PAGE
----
Youngstown, living there about twelve months, then to Liberty
township, where he was engaged in the coal business for a short
tie, then came to Girard and went into mercantile business, in
which he remained till his death, which was accidentally caused
by the explosion of kerosene il, Dec. 10, 1861, leaving a family
of nine children and a widow to mourn his loss. He was a
member of the Lutheran church and was highly esteemed by his
fellow-townsmen He was married in 1846 to Miss Sophia
Bishop, daughter of Jonas Bishop. She was born
LOTZE was born in Germany in 1830, and came to America in
1830 landing in New York. He lived in Rochester and
vicinity about two years, then moved to Sharon, Pennsylvania,
where he resided three years, being employed as an engineer and
manager in furnace in the meantime. He then came to Ohio
in 1855 and worked one year in Vienna at his trade - black-smithing.
He then moved to Weathersfield township, living here one year,
and in 1857 came to Girard and has since resided here. He
is now engaged in the jewelry business in connection with the
drug business, being assisted by his son. He was married
in 1853 to Miss Catherine Kick, daughter of Henry
Kick, of Germany. They have had seven children, six of
whom are living. Mr. and Mrs. Lotze are members of
the German Reform church. He is a member of the Knights of
Pythias. Politically, a sound Democrat.
T. F. HAWLEY, a
well known druggist of Girard, was born in Painesville, Ohio, in
1840. His father, Cyrus A. Hawley, was born in
Fairfield county, Connecticut, and came to Painesville in 1834,
and was among the first business men of the town. He was
engaged in the drug business in Painesville till 1853, and then
travelled six years through the South for a firm in
Philadelphia. He came to Girard in 1867. Mr. T.
F. Hawley has been engaged in the drug business at Girard
since 1867. He was married in 1865 to Miss Flora
Spencer, daughter of H. N. Spencer, of Geauga County,
Ohio. They have two children. Mr. Hawley has
been postmaster ten or twelve years, and is at the present time.
He is a member of the Masonic lodge at Youngstown. He was
in the Nineteenth Ohio infantry three months, and afterwards in
the Forty-first Ohio, and served throughout the war, enlisting
in 1861 and discharged in 1865. Mr. Hawley may well
take pride in his military record. He was wounded six
times and carries as many scars to this day.
KREHL, an enterprising business man of Girard, was born in
Germany in 1840, and came to America in 1853. He at once came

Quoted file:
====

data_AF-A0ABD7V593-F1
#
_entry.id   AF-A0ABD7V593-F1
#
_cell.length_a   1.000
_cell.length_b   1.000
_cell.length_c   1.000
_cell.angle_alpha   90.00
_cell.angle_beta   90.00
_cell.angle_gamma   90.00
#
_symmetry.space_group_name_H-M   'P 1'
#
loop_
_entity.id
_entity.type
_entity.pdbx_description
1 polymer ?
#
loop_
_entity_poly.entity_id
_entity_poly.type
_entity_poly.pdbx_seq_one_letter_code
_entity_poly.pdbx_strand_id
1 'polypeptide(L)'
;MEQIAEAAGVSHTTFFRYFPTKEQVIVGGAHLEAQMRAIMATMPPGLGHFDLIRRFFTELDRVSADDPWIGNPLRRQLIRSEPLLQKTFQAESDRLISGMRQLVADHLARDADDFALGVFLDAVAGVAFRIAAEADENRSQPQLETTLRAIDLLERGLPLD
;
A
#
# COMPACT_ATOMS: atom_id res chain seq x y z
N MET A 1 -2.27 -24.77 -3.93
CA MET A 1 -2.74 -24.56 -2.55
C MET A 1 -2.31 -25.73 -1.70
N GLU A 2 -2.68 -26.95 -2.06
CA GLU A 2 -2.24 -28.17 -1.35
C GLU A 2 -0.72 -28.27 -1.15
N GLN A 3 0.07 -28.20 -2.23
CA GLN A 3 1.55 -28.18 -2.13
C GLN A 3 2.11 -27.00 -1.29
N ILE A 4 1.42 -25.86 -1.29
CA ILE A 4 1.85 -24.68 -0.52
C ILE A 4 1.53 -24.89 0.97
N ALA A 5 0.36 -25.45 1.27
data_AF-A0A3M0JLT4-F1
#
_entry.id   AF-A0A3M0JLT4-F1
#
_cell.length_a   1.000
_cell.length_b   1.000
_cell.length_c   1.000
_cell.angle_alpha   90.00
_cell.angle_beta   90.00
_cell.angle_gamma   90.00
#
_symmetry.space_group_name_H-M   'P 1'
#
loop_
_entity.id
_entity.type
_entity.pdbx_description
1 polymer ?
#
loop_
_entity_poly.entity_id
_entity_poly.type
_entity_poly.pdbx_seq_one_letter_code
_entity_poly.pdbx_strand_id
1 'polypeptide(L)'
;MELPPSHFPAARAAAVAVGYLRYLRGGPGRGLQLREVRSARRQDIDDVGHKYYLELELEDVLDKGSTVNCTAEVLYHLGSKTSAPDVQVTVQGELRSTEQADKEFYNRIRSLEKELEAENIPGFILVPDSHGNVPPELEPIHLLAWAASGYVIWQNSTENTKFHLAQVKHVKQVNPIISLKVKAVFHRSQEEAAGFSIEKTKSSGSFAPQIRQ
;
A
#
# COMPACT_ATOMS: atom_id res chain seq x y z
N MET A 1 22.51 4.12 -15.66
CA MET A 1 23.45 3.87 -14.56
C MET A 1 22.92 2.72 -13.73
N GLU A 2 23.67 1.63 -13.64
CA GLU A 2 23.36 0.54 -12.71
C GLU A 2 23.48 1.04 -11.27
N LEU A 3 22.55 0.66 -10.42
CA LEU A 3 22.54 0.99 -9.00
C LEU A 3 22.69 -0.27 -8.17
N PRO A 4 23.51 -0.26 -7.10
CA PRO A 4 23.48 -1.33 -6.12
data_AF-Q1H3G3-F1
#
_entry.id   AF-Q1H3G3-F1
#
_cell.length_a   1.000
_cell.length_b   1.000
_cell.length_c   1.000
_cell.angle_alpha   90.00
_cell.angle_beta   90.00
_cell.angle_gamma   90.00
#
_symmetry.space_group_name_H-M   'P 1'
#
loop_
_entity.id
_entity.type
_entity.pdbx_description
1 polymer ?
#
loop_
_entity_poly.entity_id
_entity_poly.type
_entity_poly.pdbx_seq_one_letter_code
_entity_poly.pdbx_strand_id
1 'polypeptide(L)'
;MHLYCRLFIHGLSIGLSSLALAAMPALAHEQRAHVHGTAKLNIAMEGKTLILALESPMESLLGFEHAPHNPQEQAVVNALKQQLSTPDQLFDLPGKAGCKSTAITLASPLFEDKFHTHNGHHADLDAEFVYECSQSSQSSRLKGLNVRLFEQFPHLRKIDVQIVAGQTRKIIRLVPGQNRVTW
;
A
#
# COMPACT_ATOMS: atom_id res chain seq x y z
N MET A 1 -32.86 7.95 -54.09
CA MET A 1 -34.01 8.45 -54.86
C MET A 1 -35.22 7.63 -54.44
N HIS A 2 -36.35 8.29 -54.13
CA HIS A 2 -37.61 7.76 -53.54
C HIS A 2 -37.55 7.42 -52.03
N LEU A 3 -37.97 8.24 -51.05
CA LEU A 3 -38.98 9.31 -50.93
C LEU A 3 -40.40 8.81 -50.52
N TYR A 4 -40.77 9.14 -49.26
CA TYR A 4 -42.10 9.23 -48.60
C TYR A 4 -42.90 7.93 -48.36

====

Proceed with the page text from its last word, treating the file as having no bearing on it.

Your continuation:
to Ohio and located in Canfield, Mahoning county, where he resided
about four years, and then went to Poland township, remaining two
years, when he came to Girard, where we now find him extensively
engaged in the tannery business, employing between thirty-five and
forty men most of the time. He rebuilt the tannery he now
occupies in 1860, though he has made many additions, thus making one
of the largest tannery establishments in northeastern Ohio. He
was married in 1861 to Miss Sanzenbacherb, daughter of
Jacob Sanzenbacher, of Lawrence county, Pennsylvania. By
this union there were three children. Mrs. Krehl died
in 1870, and Mr. Krehl was married in 1872 to Miss Mary
Krehl, daughter of Frederick Krehl, of Indiana.
There were three children by this marriage. Mr. and Mrs.
Krehl are members of the Lutheran church. Mr. Krehl
is an active, wide-awake business man
GOODRICH was born in Hubbard in 1843. His father,
Roswell Goodrich, was a native of Connecticut, and came to Ohio
in 1838 or 1839, and settled in Hubbard, where he was engaged in a
grist-mill until 1844, when he removed to Liberty township and
purchased the Holliday mills. Mr. Goodrich resided here
until 1852, then moved to Vienna township where he lived until his
death, which occurred in 1853, aged seventy-three years.
Mr. C. D. Goodrich, the subject of this sketch, came to Girard
in March, 1860, and learned the cabinet-maker's trade, serving three
years as an apprentice and one year as a journeyman, then began
business for himself in 1864 in Hubbard and remained in it six
months, then came back to Girard, where he has since been one of the
active business men. He was married in 1864 to Miss Mary A.
Keefer, daughter of John Keefer, of Mercer county,
Pennsylvania. They have had seven children, six of whom are
living. Mr. Goodrich is a Free Mason Odd Fellow, and
Knight of Pythias. He has been justice of the peace for ten
years, also township trustee, and member of board of education;
politically he is a Republican.
A. J. BROOKS was born in Weathersfield township, Trumbull
county, Ohio, Sept. 11, 1844. His father, Thomas Brooks,
a native of Ohio, is still living in Weathersfield. The
family are among the early settlers of the township.
Dr. Brooks studied medicine with Dr. Casper, of
Niles, and graduated at the Cleveland Medical college in 1871,
and has since practiced at Niles, Church Hill, and Girard,
coming to the latter place in November, 1880. Dr.
Brooks has a good practice and is well liked. He was
married in 1873 to Miss Sylvia J. VanHorn, daughter of
Abram VanHorn, of Carroll county, Ohio. they have two
children, Hattie A. and Harvey T. Mr. and Mrs.
Brooks are members of the Disciple church. He is a
member of the Foresters; politically he is a Republican.
a well-known merchant of Girard, a member of the firm of
Hartzell Bros., was born in Germany in 1851, and came to
America in 1867, and at once came to Ohio and located at Girard,
where he has been in business. The firm does an extensive
business in dry goods, hats, caps, etc. He was married in
1877 to Miss Rachel Lambert, daughter of S. J. Blanche.
In politics he is a Conservative. He is an active business